Characterising behavioural phenotypes using automated image analysis

C. Twining1, C. Taylor1, P. Courtney1 and C. Dourish2

1Imaging Science and Biomedical Engineering, University of Manchester, Manchester, United Kingdom
2Cerebrus Ltd, Harrow, Middlesex, United Kingdom

The aim of our project is to automate the analysis of studies of rodent behaviour, for use in drug discovery and functional genomics. Systematic behavioural studies have become important in creating animal models of psychiatric and neurological disorders and in investigating their response to pharmacological agents. Recent advances in mouse genetics have created a similar need to characterize the behavioural phenotypes of transgenic mice.

Figure 1. An example monochrome video frame (768X576 pixels) showing an adult Sprague-Dawley rat in the zero maze.

There are a number of well-validated test paradigms such as the elevated zero (Figure 1) and plus mazes, water mazes, dark/light boxes, social interaction analysis, etc. Various automated systems are available which record motion/movement patterns, but the most versatile approach is the analysis of video recordings/live video images of animals in these standardized environments. Many automated systems can track animals and provide position/time data. However, in many cases, behavioural analysis is also required; this commonly involves an experimenter observing and recording data via a computer interface. But this is subjective, qualitative and extremely time-consuming.

Figure 2. Close-up of an example marked-up image from the training set.

We are developing a system that uses Active Shape Models (ASMs [1]); these are deformable models of shape, which are learnt from example images (see Figure 2). The set of shapes seen across the training set is analyzed to extract the modes of variation, providing a compact mathematical description of the shape of the animal and the way it changes. We also model the image profile across the shape boundary. These features allow robust tracking of the explicit object of interest; rather than just detecting movement or changes-from-background in the image, we can focus explicitly on objects that are of the correct shape. The modeling of the profiles also allows us to distinguish, say, between the actual animal and reflections.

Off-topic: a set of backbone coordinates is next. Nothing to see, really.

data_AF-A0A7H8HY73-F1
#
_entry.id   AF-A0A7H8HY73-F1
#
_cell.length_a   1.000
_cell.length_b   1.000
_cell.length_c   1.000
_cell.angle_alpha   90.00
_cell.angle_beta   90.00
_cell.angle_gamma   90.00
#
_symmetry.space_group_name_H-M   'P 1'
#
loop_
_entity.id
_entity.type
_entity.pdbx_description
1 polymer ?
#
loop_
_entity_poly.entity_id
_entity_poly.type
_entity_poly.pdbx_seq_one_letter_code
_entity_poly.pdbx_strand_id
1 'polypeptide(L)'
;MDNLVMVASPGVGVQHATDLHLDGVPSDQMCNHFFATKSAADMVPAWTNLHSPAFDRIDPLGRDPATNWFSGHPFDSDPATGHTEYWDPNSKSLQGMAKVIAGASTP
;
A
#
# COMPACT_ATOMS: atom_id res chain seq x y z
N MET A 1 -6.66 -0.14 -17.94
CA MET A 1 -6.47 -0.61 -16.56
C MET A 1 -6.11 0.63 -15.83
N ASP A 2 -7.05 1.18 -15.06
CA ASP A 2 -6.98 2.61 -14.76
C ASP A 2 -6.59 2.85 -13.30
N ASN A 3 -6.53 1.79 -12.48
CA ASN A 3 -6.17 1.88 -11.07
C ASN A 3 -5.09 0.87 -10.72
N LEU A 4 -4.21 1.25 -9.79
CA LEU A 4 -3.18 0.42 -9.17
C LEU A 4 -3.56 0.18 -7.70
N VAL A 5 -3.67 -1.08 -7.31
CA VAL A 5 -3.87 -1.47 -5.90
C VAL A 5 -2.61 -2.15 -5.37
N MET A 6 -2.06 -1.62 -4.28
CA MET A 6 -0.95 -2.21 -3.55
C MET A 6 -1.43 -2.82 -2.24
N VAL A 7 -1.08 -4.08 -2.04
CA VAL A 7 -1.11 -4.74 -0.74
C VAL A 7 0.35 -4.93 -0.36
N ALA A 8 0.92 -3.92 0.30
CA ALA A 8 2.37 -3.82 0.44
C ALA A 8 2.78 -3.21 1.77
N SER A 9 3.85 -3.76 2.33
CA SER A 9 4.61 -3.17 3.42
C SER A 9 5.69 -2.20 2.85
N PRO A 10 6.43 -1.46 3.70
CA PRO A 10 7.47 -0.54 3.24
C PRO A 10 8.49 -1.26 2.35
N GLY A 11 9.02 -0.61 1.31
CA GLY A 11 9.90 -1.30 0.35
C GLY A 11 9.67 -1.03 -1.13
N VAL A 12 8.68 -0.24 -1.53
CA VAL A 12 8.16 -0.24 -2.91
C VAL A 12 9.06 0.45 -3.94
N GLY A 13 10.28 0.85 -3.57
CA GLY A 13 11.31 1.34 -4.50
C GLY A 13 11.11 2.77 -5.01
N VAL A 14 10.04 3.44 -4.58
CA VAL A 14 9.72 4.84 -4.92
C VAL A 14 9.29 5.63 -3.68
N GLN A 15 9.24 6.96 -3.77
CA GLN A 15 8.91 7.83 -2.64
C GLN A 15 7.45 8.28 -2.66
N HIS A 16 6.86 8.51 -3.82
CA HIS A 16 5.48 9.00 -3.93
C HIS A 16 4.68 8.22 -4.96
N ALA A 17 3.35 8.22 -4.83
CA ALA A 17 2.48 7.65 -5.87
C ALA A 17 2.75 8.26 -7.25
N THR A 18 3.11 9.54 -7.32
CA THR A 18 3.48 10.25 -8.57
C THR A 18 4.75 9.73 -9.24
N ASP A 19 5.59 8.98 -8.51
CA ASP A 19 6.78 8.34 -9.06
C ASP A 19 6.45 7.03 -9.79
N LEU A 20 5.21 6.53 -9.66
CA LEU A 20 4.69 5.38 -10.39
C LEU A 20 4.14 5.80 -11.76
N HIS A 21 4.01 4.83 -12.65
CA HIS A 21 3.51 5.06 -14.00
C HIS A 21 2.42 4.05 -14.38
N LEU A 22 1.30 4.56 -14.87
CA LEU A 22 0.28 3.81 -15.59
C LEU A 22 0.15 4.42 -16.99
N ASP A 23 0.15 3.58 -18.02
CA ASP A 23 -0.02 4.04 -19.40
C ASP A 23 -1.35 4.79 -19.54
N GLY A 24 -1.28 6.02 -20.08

The allowed modes of shape variation also provide a compact way of recording the shape variation seen as an animal is tracked. We have found that many characteristic postures can be differentiated using only the first two modes of shape variation (see Figure 3); other postures require more modes, but still a small number. As well as this static recognition of posture, the statistical analysis of shape change over time provides an indicator of behavior.

Figure 3. The values of the first two modes of shape variation plotted for a set of examples of various postures.


  1. Cootes, T.F.; Hill, A.; Taylor, C.J. (1994). The use of Active Shape Models for locating structures in medical images. Image and Vision Computing, 12, 355-366.
  2. Cootes, T.F.; Taylor, C.J. (2000). Statistical Models of Appearance for Computer Vision. PostScript (80 pages, 1.6 Mb) at

Paper presented at Measuring Behavior 2000, 3rd International Conference on Methods and Techniques in Behavioral Research, 15-18 August 2000, Nijmegen, The Netherlands

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